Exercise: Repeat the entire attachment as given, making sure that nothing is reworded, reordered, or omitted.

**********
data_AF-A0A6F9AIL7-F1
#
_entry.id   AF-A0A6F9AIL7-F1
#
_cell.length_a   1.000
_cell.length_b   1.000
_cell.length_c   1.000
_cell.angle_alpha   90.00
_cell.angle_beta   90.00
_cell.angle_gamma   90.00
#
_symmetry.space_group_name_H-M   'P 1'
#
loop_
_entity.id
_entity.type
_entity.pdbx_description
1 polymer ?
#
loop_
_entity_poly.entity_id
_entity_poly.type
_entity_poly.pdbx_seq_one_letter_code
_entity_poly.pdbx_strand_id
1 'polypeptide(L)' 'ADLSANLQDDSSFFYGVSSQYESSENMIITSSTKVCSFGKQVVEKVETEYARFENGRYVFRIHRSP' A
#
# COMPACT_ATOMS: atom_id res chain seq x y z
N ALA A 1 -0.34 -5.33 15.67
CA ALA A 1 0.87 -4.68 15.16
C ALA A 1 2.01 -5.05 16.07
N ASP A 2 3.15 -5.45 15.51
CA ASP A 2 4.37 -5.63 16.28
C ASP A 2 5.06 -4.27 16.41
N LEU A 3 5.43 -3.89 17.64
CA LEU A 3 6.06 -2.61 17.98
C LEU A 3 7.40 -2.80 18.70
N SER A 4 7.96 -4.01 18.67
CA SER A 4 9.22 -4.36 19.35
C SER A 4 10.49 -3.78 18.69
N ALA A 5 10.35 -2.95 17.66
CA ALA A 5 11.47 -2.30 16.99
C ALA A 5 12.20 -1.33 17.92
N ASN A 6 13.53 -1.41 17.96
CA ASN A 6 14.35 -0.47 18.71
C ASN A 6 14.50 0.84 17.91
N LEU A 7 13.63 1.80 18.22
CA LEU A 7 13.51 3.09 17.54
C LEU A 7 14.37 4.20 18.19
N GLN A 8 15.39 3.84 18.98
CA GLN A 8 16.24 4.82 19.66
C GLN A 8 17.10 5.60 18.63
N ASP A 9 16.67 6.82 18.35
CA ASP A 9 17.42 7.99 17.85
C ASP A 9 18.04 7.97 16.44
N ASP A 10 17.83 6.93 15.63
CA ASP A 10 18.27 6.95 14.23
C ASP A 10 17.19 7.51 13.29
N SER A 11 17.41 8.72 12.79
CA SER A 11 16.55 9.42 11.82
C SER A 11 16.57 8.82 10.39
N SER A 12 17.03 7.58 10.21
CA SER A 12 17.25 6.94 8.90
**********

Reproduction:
data_AF-A0A6F9AIL7-F1
#
_entry.id   AF-A0A6F9AIL7-F1
#
_cell.length_a   1.000
_cell.length_b   1.000
_cell.length_c   1.000
_cell.angle_alpha   90.00
_cell.angle_beta   90.00
_cell.angle_gamma   90.00
#
_symmetry.space_group_name_H-M   'P 1'
#
loop_
_entity.id
_entity.type
_entity.pdbx_description
1 polymer ?
#
loop_
_entity_poly.entity_id
_entity_poly.type
_entity_poly.pdbx_seq_one_letter_code
_entity_poly.pdbx_strand_id
1 'polypeptide(L)' 'ADLSANLQDDSSFFYGVSSQYESSENMIITSSTKVCSFGKQVVEKVETEYARFENGRYVFRIHRSP' A
#
# COMPACT_ATOMS: atom_id res chain seq x y z
N ALA A 1 -0.34 -5.33 15.67
CA ALA A 1 0.87 -4.68 15.16
C ALA A 1 2.01 -5.05 16.07
N ASP A 2 3.15 -5.45 15.51
CA ASP A 2 4.37 -5.63 16.28
C ASP A 2 5.06 -4.27 16.41
N LEU A 3 5.43 -3.89 17.64
CA LEU A 3 6.06 -2.61 17.98
C LEU A 3 7.40 -2.80 18.70
N SER A 4 7.96 -4.01 18.67
CA SER A 4 9.22 -4.36 19.35
C SER A 4 10.49 -3.78 18.69
N ALA A 5 10.35 -2.95 17.66
CA ALA A 5 11.47 -2.30 16.99
C ALA A 5 12.20 -1.33 17.92
N ASN A 6 13.53 -1.41 17.96
CA ASN A 6 14.35 -0.47 18.71
C ASN A 6 14.50 0.84 17.91
N LEU A 7 13.63 1.80 18.22
CA LEU A 7 13.51 3.09 17.54
C LEU A 7 14.37 4.20 18.19
N GLN A 8 15.39 3.84 18.98
CA GLN A 8 16.24 4.82 19.66
C GLN A 8 17.10 5.60 18.63
N ASP A 9 16.67 6.82 18.35
CA ASP A 9 17.42 7.99 17.85
C ASP A 9 18.04 7.97 16.44
N ASP A 10 17.83 6.93 15.63
CA ASP A 10 18.27 6.95 14.23
C ASP A 10 17.19 7.51 13.29
N SER A 11 17.41 8.72 12.79
CA SER A 11 16.55 9.42 11.82
C SER A 11 16.57 8.82 10.39
N SER A 12 17.03 7.58 10.21
CA SER A 12 17.25 6.94 8.90